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Nigerian Fintechs Halt New Account Openings Following Regulatory Directives

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Several prominent Nigerian fintech companies, including Kuda Bank, Moniepoint, OPay, and Palmpay, have ceased opening new customer accounts following a directive from the Central Bank of Nigeria (CBN). The move comes two days after the Economic and Financial Crimes Commission (EFCC) blocked 1,146 bank accounts in unauthorised forex dealings.

A notice on the website of one leading fintech startup stated,

We’ve temporarily paused new signups on our platform. This means that you’ll be unable to open a new account now. We apologise for any inconvenience this may cause.” As of now, West Africa Weekly has confirmed the inability to open new accounts on the affected fintech apps.

However, customer deposits and banking activities remain unaffected by these measures.

In the past year, fintechs have faced increased scrutiny over their account opening processes. In October 2023, Fidelity Bank blocked transfers to OPay, Palmpay, Kuda, and Moniepoint due to concerns that lax Know Your Customer (KYC) processes led to a rise in fraud incidents. Subsequently, the CBN introduced new KYC rules for all financial institutions, seemingly targeting fintech startups.

The recent directive to halt account openings is believed to be linked to an ongoing audit of the KYC processes of these fintechs, according to an executive at one affected fintech. The pause is described as “temporary.”

On April 26, the CBN and the National Security Agency (NSA) engaged in discussions with representatives of the affected fintechs. It is reported that the CBN expressed concerns about crypto traders exploiting fintech platforms to disrupt the foreign exchange (FX) market. Additionally, the banks’ better relationship with regulators compared to fintechs may have influenced the decision.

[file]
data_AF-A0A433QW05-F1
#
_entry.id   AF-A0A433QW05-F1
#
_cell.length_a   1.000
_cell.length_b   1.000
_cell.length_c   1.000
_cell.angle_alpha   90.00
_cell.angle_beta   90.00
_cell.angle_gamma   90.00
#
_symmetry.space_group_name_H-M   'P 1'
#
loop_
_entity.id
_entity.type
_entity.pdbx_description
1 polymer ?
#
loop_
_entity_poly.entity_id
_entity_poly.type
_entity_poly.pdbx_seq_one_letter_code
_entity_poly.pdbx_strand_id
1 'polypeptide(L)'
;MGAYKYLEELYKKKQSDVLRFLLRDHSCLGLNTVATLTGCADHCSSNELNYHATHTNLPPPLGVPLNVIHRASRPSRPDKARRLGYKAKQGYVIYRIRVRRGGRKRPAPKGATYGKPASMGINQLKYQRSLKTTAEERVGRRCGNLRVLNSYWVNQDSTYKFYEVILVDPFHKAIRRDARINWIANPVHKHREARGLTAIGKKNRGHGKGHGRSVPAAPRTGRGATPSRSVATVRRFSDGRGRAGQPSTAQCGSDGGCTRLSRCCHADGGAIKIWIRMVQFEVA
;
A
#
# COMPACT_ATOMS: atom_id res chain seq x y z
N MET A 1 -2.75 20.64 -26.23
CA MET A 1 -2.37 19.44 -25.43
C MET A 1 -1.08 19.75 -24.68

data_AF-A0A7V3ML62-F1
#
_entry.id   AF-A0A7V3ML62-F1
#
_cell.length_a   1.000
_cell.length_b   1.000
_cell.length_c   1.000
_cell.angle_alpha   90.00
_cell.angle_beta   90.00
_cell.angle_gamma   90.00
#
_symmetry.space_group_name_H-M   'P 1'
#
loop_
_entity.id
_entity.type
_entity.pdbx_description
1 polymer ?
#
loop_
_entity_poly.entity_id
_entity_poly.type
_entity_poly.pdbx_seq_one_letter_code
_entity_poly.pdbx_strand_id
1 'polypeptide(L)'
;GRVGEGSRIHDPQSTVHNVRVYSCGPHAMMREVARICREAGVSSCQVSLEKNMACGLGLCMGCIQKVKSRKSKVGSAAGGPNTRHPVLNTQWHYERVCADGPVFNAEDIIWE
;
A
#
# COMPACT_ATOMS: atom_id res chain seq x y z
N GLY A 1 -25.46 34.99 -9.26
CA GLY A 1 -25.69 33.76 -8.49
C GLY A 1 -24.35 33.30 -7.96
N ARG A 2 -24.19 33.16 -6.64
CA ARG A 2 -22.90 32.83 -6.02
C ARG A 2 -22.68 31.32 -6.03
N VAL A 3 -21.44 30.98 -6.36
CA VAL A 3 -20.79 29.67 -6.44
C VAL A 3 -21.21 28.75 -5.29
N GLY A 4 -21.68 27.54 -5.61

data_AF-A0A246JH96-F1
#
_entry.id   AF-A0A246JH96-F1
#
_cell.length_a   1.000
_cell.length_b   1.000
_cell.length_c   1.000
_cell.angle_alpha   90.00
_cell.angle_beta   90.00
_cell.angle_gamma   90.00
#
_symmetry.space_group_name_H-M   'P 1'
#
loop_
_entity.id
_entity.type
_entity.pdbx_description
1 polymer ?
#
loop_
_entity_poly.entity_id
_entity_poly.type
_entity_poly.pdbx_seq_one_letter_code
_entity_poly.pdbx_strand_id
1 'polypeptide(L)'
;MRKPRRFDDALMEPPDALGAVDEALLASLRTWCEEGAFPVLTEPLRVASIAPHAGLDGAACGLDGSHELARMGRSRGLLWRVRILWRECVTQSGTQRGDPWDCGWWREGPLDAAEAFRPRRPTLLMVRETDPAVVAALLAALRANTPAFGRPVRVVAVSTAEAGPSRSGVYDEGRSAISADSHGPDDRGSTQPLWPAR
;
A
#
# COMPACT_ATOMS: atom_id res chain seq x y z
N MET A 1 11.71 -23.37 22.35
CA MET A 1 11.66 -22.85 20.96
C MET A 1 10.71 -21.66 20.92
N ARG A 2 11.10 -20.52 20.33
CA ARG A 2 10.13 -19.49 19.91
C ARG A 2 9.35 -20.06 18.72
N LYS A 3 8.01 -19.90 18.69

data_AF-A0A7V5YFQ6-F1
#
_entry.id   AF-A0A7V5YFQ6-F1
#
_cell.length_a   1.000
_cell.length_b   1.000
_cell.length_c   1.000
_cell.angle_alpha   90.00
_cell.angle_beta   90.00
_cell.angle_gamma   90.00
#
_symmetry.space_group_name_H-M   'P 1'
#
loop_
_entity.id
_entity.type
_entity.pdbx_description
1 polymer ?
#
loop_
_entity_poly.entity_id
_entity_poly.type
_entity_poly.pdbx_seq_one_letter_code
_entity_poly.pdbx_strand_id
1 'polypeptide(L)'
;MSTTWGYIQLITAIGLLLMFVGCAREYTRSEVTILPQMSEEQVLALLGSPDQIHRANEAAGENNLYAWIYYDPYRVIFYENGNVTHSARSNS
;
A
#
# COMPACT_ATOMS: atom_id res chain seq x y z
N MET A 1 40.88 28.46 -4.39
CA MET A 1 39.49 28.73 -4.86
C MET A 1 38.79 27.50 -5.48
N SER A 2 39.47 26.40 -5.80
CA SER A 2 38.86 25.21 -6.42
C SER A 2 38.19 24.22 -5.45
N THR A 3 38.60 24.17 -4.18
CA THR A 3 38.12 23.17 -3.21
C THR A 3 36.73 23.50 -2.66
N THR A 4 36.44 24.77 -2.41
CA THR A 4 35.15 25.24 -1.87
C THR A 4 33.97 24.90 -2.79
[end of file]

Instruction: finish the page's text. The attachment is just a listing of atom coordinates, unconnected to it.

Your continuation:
An executive at one of the affected fintechs indicated that the directive is connected to the EFCC’s investigation into bank accounts involved in unauthorised FX dealings. However, an analysis reveals that only 10% of the blocked accounts belong to fintechs, with the majority being commercial bank accounts.

While an NSA spokesperson denied any link with the directive to halt new account openings, the CBN did not immediately respond to requests for comment.

In March, the CBN raised concerns about the manipulation of the naira by speculators, leading to measures against cryptocurrency exchange Binance. Two Binance executives have since been charged with tax evasion and money laundering, and peer-to-peer trading restrictions have been imposed.

Additionally, in December, the CBN mandated financial institutions to collect ID cards before opening accounts, contradicting a previous rule to promote financial inclusion. Furthermore, the Nigeria Inter-Bank Settlement System (NIBSS) instructed banks and mobile money operators to delist unlicensed fintechs from directly accepting consumer deposits.

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